❉ An exceptional piece of drama that brought queer culture into the mainstream.
The cheap corrosive cliches of PR tends to herald high budget dramas as landmarks: the television landscape now has so many landmarks that even the Everests of the pasts are in danger of being reduced to mere molehills.
In truth it’s becoming more difficult than ever to produce something genuinely bold and popular: the fragmented nature of the modern media landscape simply provides too many distractions and dramas that might have been national talking points before the satellite TV revolution of the 1990s, such as Murdered by My Boyfriend, sneak out on channels with a relatively low reach.
The other factor is it’s far harder to shock audiences than it was when Mary Whitehouse could be relied upon for a puritanical quote on the evils of television. The mores of society have changed: what was once taboo is now acceptably mainstream. Society, as Quentin Crisp observes in a 1989 interview included on this DVD, was becoming more permissive.
The reputation of Hurt’s performance has only grown over the years and justly so: it’s extraordinary, particularly given that playing a gay role was seen as a career risk.
It’d be making too bold a claim to ascribe a great degree of credit for this to the adaptation of Crisp’s most famous work, but it’d also be wrong not to acknowledge how it played a part, bringing queer culture to the mainstream, much as glam rock was on Top of the Pops. Where glam was mainly flaunting cheap thrills for shock value The Naked Civil Servant documents how we came to the point where the previously illicit became merely the provocative. Homosexuality had been decriminalised only eight years before its broadcast and in its own way it’s every bit as provocative as Bowie draping his arm round Ronson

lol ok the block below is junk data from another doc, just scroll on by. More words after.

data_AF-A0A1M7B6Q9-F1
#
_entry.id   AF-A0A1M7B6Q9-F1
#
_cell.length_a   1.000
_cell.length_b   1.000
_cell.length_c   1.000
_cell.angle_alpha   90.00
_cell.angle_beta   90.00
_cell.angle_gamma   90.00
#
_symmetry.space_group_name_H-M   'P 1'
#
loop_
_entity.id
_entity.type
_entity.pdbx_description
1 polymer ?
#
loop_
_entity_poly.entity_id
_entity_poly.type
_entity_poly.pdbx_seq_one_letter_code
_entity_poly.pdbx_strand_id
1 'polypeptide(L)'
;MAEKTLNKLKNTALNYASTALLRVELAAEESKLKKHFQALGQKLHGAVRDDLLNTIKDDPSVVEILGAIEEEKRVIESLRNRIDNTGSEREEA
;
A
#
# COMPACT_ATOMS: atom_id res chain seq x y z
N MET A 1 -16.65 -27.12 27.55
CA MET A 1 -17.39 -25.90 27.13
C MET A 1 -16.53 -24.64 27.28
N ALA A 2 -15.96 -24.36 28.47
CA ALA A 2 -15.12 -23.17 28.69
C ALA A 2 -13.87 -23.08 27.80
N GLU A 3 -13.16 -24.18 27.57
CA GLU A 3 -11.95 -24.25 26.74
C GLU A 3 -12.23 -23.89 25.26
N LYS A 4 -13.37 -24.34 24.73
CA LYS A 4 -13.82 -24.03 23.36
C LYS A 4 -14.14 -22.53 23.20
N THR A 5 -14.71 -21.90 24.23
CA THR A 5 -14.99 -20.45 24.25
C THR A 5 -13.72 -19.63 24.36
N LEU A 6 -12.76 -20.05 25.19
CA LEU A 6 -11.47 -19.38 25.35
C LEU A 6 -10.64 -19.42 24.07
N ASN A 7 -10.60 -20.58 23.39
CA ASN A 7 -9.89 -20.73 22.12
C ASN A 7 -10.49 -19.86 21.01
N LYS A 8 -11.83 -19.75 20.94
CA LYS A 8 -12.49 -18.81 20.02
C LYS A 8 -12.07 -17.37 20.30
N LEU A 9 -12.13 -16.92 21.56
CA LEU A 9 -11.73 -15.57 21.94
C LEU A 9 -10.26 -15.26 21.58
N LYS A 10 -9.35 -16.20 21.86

Boldly for a biographical drama it’s introduced by its subject. While it might look like a mark of absolute confidence in John Hurt’s performance the excellent commentary makes it clear that it was actually an insurance policy, there to reassure viewers that the outlandishness and flamboyance of Hurt’s performance was entirely deliberate. More than forty years on it looks almost unnecessary, a touch of style. The reputation of Hurt’s performance has only grown over the years and justly so: it’s extraordinary, particularly given that playing a gay role was seen as a career risk.
Visually it’s an absolute delight, the sharpness of the blu-ray presentation fully bringing out the striking colours and contrasts of Mike Fash’s cinematography and Jack Gold’s eye for a beautifully framed shot.
Crisp would become almost caricatured as a modern Wilde: all aphorisms and aesthetics. Hurt absolutely embraces the role and turns it into the performance it needs to be. Every gesture is a precise, almost balletic expression of personality, every line is delivered as if it should be eternally memorable. And yet it’s never close to going over the top and grounds Philip Mackie’s perfectly formed script. The style is there in the words and enhanced by performance. Hurt’s reputation would be built on finding the humanity in outcasts: most famously the psychotic emperor Caligula and physical freak John Merrick. Here he burrows beneath the henna, mascara and gold eyeshadow to bring out a pathos that pulls against the façade of wit and glamour. He’s ably supported by an exceptional cast, particularly Stanley Lebor and a free spirited Patricia Hodge.